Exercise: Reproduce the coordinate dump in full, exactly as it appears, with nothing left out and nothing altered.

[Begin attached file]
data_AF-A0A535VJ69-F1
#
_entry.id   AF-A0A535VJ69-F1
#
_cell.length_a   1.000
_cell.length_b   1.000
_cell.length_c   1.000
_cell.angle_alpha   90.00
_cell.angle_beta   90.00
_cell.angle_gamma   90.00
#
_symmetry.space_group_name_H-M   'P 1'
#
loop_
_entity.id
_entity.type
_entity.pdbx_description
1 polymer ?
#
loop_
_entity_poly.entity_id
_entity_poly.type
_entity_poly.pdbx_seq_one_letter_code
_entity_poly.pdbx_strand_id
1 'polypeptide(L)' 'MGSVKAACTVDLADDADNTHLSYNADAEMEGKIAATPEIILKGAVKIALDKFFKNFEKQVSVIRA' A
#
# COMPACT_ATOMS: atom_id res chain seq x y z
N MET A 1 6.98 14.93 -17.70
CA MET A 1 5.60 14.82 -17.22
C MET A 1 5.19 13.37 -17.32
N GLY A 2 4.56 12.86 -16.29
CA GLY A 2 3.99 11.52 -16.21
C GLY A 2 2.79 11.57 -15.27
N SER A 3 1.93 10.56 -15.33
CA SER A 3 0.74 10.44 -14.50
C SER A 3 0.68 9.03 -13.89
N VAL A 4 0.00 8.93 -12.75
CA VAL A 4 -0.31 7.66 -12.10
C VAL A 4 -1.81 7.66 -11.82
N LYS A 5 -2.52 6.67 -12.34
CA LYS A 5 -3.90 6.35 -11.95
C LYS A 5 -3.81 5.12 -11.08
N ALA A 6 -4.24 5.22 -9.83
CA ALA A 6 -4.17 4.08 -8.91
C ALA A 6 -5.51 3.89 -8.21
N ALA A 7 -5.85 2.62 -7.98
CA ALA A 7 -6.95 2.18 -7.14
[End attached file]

data_AF-A0A535VJ69-F1
#
_entry.id   AF-A0A535VJ69-F1
#
_cell.length_a   1.000
_cell.length_b   1.000
_cell.length_c   1.000
_cell.angle_alpha   90.00
_cell.angle_beta   90.00
_cell.angle_gamma   90.00
#
_symmetry.space_group_name_H-M   'P 1'
#
loop_
_entity.id
_entity.type
_entity.pdbx_description
1 polymer ?
#
loop_
_entity_poly.entity_id
_entity_poly.type
_entity_poly.pdbx_seq_one_letter_code
_entity_poly.pdbx_strand_id
1 'polypeptide(L)' 'MGSVKAACTVDLADDADNTHLSYNADAEMEGKIAATPEIILKGAVKIALDKFFKNFEKQVSVIRA' A
#
# COMPACT_ATOMS: atom_id res chain seq x y z
N MET A 1 6.98 14.93 -17.70
CA MET A 1 5.60 14.82 -17.22
C MET A 1 5.19 13.37 -17.32
N GLY A 2 4.56 12.86 -16.29
CA GLY A 2 3.99 11.52 -16.21
C GLY A 2 2.79 11.57 -15.27
N SER A 3 1.93 10.56 -15.33
CA SER A 3 0.74 10.44 -14.50
C SER A 3 0.68 9.03 -13.89
N VAL A 4 0.00 8.93 -12.75
CA VAL A 4 -0.31 7.66 -12.10
C VAL A 4 -1.81 7.66 -11.82
N LYS A 5 -2.52 6.67 -12.34
CA LYS A 5 -3.90 6.35 -11.95
C LYS A 5 -3.81 5.12 -11.08
N ALA A 6 -4.24 5.22 -9.83
CA ALA A 6 -4.17 4.08 -8.91
C ALA A 6 -5.51 3.89 -8.21
N ALA A 7 -5.85 2.62 -7.98
CA ALA A 7 -6.95 2.18 -7.14